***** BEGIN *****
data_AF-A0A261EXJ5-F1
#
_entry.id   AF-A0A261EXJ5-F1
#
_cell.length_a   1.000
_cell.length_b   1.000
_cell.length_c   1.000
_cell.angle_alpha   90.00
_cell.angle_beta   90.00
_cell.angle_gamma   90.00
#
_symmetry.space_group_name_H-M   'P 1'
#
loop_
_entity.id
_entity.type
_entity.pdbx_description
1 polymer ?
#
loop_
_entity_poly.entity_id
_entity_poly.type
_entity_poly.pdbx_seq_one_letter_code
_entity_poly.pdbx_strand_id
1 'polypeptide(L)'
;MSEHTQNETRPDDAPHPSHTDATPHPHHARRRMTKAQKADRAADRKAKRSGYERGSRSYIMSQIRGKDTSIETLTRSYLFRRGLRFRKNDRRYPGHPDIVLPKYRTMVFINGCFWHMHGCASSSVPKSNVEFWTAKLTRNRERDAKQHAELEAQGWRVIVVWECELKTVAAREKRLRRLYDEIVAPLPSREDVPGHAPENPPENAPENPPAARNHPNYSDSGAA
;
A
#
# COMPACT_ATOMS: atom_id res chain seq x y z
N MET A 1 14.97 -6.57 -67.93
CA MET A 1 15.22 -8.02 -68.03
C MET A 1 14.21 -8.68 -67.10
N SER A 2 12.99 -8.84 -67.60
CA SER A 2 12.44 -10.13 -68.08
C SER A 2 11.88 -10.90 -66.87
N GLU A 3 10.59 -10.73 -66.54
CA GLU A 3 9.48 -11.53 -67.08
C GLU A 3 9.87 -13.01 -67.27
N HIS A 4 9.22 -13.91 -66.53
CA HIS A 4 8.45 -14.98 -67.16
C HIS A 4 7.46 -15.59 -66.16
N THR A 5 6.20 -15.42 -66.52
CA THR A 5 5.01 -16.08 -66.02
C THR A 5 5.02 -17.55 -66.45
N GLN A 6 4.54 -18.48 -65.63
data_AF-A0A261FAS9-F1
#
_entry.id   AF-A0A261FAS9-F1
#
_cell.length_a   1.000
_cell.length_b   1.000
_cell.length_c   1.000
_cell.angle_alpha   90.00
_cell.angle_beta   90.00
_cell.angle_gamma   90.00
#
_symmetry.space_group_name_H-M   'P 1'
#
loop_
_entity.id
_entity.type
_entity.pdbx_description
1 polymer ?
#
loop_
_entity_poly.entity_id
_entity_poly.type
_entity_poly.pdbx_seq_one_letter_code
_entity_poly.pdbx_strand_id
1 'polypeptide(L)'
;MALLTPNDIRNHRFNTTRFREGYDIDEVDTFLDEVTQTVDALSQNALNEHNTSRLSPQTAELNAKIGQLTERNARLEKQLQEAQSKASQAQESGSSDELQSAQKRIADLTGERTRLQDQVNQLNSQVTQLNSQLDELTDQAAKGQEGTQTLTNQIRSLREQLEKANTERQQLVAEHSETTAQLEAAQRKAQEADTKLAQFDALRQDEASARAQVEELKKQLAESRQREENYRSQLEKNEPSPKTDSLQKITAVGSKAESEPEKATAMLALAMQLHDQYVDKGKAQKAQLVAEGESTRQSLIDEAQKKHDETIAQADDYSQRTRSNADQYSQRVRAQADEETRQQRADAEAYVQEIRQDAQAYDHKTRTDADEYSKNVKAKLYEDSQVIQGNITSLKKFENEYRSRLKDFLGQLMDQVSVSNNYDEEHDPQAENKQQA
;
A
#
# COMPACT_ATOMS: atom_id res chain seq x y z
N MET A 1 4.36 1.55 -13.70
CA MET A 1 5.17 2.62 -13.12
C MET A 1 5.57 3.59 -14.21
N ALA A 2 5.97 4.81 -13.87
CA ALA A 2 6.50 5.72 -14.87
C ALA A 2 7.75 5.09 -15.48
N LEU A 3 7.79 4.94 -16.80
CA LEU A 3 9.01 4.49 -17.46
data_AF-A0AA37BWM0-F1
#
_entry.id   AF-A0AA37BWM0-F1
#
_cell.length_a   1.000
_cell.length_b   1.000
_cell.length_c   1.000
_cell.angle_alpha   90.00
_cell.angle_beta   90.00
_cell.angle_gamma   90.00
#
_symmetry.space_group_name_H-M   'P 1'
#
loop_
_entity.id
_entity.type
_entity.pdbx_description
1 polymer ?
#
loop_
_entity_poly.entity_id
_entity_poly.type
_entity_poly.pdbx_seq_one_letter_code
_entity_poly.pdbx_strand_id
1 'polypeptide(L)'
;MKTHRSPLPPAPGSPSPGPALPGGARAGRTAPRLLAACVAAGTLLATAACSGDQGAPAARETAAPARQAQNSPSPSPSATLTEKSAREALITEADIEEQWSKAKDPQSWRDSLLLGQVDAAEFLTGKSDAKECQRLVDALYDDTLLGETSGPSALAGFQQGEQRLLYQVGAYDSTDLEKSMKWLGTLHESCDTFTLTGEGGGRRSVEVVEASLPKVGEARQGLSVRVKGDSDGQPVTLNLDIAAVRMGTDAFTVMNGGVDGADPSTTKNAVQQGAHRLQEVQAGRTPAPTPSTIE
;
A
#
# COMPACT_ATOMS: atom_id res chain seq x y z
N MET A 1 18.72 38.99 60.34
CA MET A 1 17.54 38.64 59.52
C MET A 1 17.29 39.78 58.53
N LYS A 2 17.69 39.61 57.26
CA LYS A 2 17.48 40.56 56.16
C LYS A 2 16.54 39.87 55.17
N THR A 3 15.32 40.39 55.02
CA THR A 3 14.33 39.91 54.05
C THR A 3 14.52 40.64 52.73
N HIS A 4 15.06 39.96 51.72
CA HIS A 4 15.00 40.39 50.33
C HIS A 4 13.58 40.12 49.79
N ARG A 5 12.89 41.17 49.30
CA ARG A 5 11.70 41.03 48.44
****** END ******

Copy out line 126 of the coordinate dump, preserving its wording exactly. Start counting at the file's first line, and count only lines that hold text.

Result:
C HIS A 4 13.58 40.12 49.79